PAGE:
Eureka had not been forgotten: it was readily remembered. Similar flags have been flown at rebellions since including a flag similar[clarification needed] to the Eureka flag which was flown above the Barcaldine strike camp in the 1891 Australian shearers' strike. Flag of the Southern Cross (1887), Eureka (A Fragment) (1889), The Fight at Eureka Stockade (1890), and Freedom on the Wallaby (1891),
In 1889, Melbourne businessmen employed renowned American cyclorama artist Thaddeus Welch, who teamed up with local artist Izett Watson to paint 1,000 square feet (93 m2) of canvas of the Eureka Stockade, wrapped around a wooden structure. When it opened in Melbourne, the exhibition was an instant hit. The Age reported in 1891 that "it afforded a very good opportunity for people to see what it might have been like at Eureka". The Australasian claimed "that many persons familiar with the incidents depicted, were able to testify to the fidelity of the painted scene". The people of Melbourne flocked to the cyclorama, paid up and had their picture taken before it. It was eventually dismantled and disappeared from sight.
Mark Twain visited the Victorian Goldfields in 1895. Following his visit, he said of the Eureka Stockade:
By and by there was a result, and I think it may be called the finest thing in Australasian history. It was a revolution – small in size; but great politically; it was a strike for liberty, a struggle for principle, a stand against injustice and oppression....It is another instance of a victory won by a lost battle. It adds an honorable page to history; the people know it and are proud of it. They keep green the memory of the men who fell at the Eureka stockade, and Peter Lalor has his monument.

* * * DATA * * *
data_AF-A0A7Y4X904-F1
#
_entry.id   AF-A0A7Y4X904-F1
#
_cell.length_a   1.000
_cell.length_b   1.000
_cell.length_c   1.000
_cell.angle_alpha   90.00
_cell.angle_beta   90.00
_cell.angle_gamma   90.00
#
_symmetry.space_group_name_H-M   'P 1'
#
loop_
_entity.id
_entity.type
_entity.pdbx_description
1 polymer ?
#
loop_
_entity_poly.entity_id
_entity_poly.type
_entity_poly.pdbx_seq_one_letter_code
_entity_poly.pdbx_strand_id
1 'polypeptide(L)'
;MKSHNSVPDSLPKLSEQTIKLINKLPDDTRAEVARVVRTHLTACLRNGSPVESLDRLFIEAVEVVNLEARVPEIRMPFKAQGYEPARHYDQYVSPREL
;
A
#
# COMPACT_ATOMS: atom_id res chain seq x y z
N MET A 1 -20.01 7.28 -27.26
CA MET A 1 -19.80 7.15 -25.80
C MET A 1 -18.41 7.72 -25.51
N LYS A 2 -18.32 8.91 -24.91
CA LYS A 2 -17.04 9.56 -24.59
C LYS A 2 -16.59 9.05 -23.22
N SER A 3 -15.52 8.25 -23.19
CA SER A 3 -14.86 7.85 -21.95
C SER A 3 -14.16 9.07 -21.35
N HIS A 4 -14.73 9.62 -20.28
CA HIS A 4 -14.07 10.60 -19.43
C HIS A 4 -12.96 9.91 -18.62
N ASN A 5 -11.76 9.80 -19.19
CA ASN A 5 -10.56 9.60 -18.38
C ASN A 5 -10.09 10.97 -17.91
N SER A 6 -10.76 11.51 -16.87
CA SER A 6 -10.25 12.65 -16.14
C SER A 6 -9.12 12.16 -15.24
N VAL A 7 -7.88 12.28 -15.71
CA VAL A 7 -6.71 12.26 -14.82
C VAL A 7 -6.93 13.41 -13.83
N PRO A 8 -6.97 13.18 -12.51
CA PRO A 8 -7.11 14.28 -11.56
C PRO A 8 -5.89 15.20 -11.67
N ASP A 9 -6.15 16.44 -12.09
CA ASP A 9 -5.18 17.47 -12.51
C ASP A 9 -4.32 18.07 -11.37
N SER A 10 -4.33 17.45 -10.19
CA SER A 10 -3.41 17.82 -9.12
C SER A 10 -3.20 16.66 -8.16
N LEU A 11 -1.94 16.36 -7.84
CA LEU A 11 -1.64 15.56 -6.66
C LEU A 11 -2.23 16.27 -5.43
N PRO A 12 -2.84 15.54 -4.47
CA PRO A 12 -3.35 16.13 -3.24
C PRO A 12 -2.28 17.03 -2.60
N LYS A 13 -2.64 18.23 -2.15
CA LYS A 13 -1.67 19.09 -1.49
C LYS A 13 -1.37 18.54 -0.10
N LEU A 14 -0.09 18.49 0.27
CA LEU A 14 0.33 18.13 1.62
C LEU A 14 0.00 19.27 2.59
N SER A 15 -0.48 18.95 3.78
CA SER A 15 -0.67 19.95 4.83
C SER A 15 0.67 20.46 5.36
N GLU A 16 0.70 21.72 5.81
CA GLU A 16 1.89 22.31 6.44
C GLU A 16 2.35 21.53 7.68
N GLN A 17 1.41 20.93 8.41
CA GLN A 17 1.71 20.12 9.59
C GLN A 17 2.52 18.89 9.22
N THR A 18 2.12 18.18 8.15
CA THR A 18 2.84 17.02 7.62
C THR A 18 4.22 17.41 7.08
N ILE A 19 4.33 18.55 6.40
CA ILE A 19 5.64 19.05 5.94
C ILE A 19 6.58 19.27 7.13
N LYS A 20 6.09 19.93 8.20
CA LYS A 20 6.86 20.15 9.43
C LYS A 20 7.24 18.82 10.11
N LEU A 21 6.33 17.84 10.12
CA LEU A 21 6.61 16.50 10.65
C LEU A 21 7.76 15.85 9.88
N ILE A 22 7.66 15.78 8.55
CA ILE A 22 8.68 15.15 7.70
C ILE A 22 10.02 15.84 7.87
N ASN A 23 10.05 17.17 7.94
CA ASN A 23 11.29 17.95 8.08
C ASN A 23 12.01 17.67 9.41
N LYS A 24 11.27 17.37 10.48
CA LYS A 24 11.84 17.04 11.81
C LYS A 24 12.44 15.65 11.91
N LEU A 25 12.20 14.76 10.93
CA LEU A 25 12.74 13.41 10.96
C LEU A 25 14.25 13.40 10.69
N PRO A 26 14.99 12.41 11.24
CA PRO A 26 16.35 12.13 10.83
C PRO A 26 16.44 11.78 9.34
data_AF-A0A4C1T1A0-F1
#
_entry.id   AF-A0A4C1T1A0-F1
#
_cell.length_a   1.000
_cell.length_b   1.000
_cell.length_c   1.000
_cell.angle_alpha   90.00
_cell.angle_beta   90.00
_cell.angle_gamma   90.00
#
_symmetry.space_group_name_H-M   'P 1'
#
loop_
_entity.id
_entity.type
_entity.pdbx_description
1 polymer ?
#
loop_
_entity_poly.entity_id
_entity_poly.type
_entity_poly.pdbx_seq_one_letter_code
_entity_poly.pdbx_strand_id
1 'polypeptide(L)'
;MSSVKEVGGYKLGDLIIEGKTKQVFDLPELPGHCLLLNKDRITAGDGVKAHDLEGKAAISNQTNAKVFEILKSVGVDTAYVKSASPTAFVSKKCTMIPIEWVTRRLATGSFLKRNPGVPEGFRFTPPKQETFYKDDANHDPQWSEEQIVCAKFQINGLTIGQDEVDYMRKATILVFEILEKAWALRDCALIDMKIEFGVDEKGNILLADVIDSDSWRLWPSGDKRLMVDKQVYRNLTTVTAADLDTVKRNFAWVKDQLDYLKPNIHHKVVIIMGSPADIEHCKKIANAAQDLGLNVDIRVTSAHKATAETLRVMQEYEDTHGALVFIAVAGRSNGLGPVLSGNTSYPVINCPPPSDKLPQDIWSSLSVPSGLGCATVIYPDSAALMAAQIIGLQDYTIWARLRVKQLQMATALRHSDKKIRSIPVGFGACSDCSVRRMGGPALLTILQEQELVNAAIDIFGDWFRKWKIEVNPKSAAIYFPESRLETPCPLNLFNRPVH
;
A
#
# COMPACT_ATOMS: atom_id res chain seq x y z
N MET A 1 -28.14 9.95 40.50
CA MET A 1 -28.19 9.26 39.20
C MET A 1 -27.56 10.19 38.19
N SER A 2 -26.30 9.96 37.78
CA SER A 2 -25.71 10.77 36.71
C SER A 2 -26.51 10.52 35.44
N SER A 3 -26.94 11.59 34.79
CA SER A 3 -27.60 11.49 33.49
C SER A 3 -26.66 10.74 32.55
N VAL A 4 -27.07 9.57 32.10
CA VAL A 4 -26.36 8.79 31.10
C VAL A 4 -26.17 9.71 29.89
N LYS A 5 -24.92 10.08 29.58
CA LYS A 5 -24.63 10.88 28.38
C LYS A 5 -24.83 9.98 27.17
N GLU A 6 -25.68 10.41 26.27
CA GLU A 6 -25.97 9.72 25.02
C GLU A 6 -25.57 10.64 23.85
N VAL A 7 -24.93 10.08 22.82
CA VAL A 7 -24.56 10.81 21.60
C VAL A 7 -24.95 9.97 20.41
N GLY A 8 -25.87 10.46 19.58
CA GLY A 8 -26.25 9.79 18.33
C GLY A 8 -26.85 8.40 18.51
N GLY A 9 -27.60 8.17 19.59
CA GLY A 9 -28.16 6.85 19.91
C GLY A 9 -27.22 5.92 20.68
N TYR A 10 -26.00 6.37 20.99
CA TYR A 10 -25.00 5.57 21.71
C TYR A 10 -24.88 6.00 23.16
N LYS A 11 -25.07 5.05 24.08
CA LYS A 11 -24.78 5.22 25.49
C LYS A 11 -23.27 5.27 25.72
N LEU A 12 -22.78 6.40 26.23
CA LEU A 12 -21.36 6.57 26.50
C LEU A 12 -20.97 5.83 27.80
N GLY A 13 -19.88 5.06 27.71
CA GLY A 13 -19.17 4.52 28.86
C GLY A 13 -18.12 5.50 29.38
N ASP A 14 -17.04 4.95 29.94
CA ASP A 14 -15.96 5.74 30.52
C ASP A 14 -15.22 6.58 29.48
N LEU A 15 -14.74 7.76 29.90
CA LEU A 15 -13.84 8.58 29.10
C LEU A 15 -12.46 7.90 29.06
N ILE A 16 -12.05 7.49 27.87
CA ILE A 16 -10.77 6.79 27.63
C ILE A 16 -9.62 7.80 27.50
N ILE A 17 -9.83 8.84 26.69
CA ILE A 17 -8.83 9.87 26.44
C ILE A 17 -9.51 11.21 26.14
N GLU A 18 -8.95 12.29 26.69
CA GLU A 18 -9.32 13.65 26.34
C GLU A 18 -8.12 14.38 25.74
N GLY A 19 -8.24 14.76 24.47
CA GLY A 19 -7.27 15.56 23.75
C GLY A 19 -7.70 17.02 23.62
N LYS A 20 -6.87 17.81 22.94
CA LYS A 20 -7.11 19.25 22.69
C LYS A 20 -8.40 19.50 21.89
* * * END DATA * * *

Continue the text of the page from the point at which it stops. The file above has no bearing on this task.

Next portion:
Memorials to soldiers and miners are located in the Ballarat Old Cemetery and the Eureka Stockade Memorial is located within the Eureka Stockade Gardens and is listed on the Australian National Heritage List./
In 1954, the centenary of the event was officially celebrated; according to Geoffrey Blainey, who was in attendance, no one, apart from a small group of communists, was there. Plays commemorating the events were held at major theatres.
1980s and 1990s 
A purpose built Interpretation centre was erected in 1998 in suburb of Eureka near the site of the stockade. Designed to be a new landmark for Ballarat, the building featured an enormous sail emblazoned with the Eureka Flag. Before its development there was considerable debate over whether a replica or reconstruction of wooden structures was appropriate, however it was eventually decided against and this is seen by many as a reason for the apparent failure of the centre to draw significant tourist numbers. Due primarily to falling visitor numbers the centre was redeveloped between 2009–11.
In 2004, the 150th anniversary was celebrated. An Australian postage stamp featuring the Eureka Flag was released along with a set of commemorative coins. A ceremony in Ballarat known as the lantern walk was held at dawn. However, Prime Minister John Howard did not attend any commemorative events, and refused to allow the flag to fly over Parliament House.
In November 2004 then Premier of Victoria Steve Bracks announced that the Ballarat V/Line rail service would be renamed the Eureka Line to mark the 150th anniversary to take effect from late 2005 at the same time as a renaming of Spencer Street Station to Southern Cross Station, however the proposal was criticised by community groups including the Public Transport Users Association. Renaming of the line did not go ahead, however Spencer Street (railway) Station did become Southern Cross Station on 13 December 2005 with Bracks stating the name would resonate with Victorians because it "stands for democracy and freedom because it flew over the Eureka Stockade".